Supervisor addresses foster crisis with adoption awareness

Nearly 400 children in Los Angeles County’s foster care system are in need of an adoptive family, according to Supervisor Kathryn Barger.

To raise awareness for these children in need, Barger is proposing a motion to declare November as Adoption Awareness Month at the board’s meeting Tuesday.

“Adoption Awareness Month is a wonderful opportunity to recognize those who have opened their homes and their hearts to our most vulnerable children,” Barger said in a statement to The Signal, “and to remind others in our community to consider mentoring, adopting or volunteering local foster youth.”

As of last year, there were 73 foster homes in the Santa Clarita Valley, according to the Department of Child and Family Services.

Most youth are not put up for adoption immediately, but go through the foster system first, according to Child and Family Center President and CEO Joan Aschoff.

Children are put into foster care when it is being determined whether they can stay with their families, she said.

“Currently, there are not nearly enough foster families to take in these children,” Aschoff said. “The vast majority of children removed from homes in Santa Clarita are placed outside of Santa Clarita because there are not enough foster family homes to take them. These children lose their parents and homes and their schools, teachers and friends.”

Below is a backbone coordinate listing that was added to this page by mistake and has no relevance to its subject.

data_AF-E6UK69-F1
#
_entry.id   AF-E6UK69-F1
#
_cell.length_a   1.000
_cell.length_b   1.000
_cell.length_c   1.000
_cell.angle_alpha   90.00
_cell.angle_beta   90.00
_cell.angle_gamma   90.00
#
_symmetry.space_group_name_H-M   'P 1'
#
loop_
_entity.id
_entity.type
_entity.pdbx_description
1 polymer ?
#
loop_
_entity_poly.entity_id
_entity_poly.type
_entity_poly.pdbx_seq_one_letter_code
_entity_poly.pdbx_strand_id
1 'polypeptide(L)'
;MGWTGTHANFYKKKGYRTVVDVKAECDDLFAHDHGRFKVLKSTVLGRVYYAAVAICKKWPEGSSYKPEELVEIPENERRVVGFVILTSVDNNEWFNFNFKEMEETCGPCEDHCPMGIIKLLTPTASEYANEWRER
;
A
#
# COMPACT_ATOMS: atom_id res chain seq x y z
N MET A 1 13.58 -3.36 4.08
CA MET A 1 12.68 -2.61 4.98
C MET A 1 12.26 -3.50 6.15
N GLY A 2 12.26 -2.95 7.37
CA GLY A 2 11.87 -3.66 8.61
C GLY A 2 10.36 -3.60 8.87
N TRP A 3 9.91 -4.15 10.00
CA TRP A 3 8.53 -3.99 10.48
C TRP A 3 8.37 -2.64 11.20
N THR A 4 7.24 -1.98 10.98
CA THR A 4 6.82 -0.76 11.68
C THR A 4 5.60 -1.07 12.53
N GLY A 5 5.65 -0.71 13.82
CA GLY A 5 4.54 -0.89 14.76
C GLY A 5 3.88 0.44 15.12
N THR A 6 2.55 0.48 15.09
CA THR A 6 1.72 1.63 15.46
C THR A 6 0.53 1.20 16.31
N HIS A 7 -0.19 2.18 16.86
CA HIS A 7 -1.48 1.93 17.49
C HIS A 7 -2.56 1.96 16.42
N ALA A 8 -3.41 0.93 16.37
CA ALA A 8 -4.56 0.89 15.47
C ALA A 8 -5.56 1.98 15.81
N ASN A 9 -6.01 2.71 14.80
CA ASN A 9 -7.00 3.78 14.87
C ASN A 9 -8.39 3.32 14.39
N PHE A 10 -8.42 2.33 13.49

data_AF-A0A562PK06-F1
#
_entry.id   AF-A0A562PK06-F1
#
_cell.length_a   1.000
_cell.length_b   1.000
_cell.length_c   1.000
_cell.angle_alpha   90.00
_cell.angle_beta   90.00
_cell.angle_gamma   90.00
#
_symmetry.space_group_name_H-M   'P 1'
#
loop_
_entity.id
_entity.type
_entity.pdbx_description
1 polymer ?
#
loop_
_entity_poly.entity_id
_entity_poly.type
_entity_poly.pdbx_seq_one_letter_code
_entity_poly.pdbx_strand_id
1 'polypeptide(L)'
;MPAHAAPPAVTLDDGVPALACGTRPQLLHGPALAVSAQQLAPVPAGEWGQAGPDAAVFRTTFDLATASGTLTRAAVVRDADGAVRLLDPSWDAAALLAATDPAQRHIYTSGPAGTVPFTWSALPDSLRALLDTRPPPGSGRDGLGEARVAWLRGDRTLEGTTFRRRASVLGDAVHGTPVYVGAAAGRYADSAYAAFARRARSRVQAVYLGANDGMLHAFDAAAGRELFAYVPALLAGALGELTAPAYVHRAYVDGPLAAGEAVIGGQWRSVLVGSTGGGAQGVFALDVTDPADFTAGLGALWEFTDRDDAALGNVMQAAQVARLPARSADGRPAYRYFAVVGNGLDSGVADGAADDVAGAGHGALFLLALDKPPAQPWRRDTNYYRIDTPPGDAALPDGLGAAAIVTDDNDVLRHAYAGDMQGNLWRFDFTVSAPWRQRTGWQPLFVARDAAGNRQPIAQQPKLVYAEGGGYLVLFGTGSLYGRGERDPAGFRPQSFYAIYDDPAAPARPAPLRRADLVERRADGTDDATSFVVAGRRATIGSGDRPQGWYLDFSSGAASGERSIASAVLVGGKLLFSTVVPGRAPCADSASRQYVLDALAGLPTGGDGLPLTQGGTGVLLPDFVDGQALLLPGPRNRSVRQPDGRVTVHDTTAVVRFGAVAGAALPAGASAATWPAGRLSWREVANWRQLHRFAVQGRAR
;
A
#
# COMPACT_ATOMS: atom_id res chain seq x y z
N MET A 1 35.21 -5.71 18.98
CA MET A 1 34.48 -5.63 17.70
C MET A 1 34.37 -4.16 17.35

It is especially hard to place older children because many adoptive parents fear they will not be able to bond with them or believe they have too many needs, Aschoff said.

“Providing love and homes to these children who have been through so much can be life-changing and rewarding,” she said.

The number of foster homes has dropped in Los Angeles County over the past decade, with a 52 percent decrease between 2005 and 2015, the DCFS said.

Barger recognizes that often, foster youth experience trauma, abuse and neglect.

Her district has the highest number of foster youth total and the largest number of abuse investigations, primarily concentrated in the Antelope Valley, DCFS data shows.

In her motion, Barger invites people and families of all kinds, regardless of age, sex, race, ethnicity, religion, sexual orientation, gender identity, marital or partnership status, physical characteristics, national origin, medical status or disability status to consider adoption.

“Every child deserves a family that can care for them, who will love them for who they are, who will never give up on them and will help them reach their full potential,” the motion reads.  

In addition to the month-long recognition, Barger’s motion would put the county’s foster youth phone number on county communications and on the Department of Human Resources’ electronic pay stub viewer.

“There are thousands of foster children in L.A. and we have a shortage of resource families for these children,” the county’s foster site reads. “Opening your heart to a foster child can be an amazingly rewarding experience. You can make a difference in a child’s life.”

For more information on foster care in Los Angeles County, visit fosterlakids.com or call (888) 811-1121.

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